FIG. 6 shows one embodiment of a post-ICP A40 having a stiffened, rolled edge A42 that engages the edge (i.e., margin) of an incision A44, a frictional coating A46 or surface preparation that engages a patient's skin A47 and/or the edge of the incision A44, and an anchoring means, such as a clip A48, that engages a surgical drape A50. Additionally, post-ICP A40 can be cooled by a thermoelectric unit A10 with a “cool side” directed into the post-ICP A40 (toward the skin A47) and the “warm side” directed to the opposite surface of post-ICP A40 (e.g., toward the top of the post-ICP A40). Thus the surface of post-ICP A40 nearest the cool side of thermoelectric unit A10 is then placed against the patient's tissues, and the surface of pre-ICP A2 having the warm side can be configured to optimize heat transfer from the warm side of the thermoelectric unit A10. As described above, the warm side of thermoelectric unit A10 can be configured with components and structures to remove heat from the warm side of the thermoelectric unit A10 (e.g., a heat sink A11 that is air cooled or a heat sink A11 that is cooled by circulating fluid). Optionally, the warm side of thermoelectric unit A10 can also include structures A41 and components to provide heat to other objects in the operating room, including fluids, surgical instruments, and the surgeon's hands. Structures A41 can include pockets, bags, flaps, or projections for holding these objects to be warmed.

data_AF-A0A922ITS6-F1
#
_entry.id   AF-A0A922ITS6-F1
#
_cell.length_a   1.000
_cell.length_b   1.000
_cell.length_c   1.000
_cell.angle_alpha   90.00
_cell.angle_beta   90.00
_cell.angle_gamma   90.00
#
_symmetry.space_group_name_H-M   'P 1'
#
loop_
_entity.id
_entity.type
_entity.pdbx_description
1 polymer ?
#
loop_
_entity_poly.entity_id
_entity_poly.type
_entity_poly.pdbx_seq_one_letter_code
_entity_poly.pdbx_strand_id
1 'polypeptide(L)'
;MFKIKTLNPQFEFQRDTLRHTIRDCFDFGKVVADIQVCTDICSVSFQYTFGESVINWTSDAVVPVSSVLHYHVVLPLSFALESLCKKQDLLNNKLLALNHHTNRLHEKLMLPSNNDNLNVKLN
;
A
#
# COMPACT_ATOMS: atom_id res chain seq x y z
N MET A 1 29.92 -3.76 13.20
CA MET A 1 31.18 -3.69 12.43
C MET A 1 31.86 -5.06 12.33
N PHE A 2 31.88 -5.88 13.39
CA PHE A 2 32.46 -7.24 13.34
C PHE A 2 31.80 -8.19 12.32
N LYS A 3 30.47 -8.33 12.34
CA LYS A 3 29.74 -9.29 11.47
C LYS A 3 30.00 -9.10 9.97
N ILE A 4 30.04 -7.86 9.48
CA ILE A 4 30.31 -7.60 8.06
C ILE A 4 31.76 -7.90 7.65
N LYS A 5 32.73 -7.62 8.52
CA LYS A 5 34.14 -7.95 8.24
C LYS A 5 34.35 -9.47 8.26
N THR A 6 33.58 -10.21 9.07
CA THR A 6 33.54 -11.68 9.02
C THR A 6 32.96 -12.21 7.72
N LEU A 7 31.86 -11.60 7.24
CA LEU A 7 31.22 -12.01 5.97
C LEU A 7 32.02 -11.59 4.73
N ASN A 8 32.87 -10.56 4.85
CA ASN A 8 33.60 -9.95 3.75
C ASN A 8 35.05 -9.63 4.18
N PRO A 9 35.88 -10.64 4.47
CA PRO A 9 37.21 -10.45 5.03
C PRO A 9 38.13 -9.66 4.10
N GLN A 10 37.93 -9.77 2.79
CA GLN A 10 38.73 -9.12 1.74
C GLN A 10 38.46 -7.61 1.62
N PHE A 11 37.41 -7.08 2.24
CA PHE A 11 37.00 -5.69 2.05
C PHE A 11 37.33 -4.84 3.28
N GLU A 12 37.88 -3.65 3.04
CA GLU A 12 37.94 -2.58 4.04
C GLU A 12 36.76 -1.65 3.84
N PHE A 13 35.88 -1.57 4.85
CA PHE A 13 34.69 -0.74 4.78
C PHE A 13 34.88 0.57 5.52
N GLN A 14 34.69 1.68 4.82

The post-ICP A40 can include malleable components to facilitate conformation of the post-ICP A40 to the incision A22 and to the skin A47, thereby facilitating both heat transfer to the margins of the incision A44 and skin A47 and maintaining position on the contours of the skin A47. The malleable components can be metal, polymer, or any other material that holds a resting shape to which it is forcefully deformed. The malleable components can be formed into foils, wires, ribs, coils, or stays.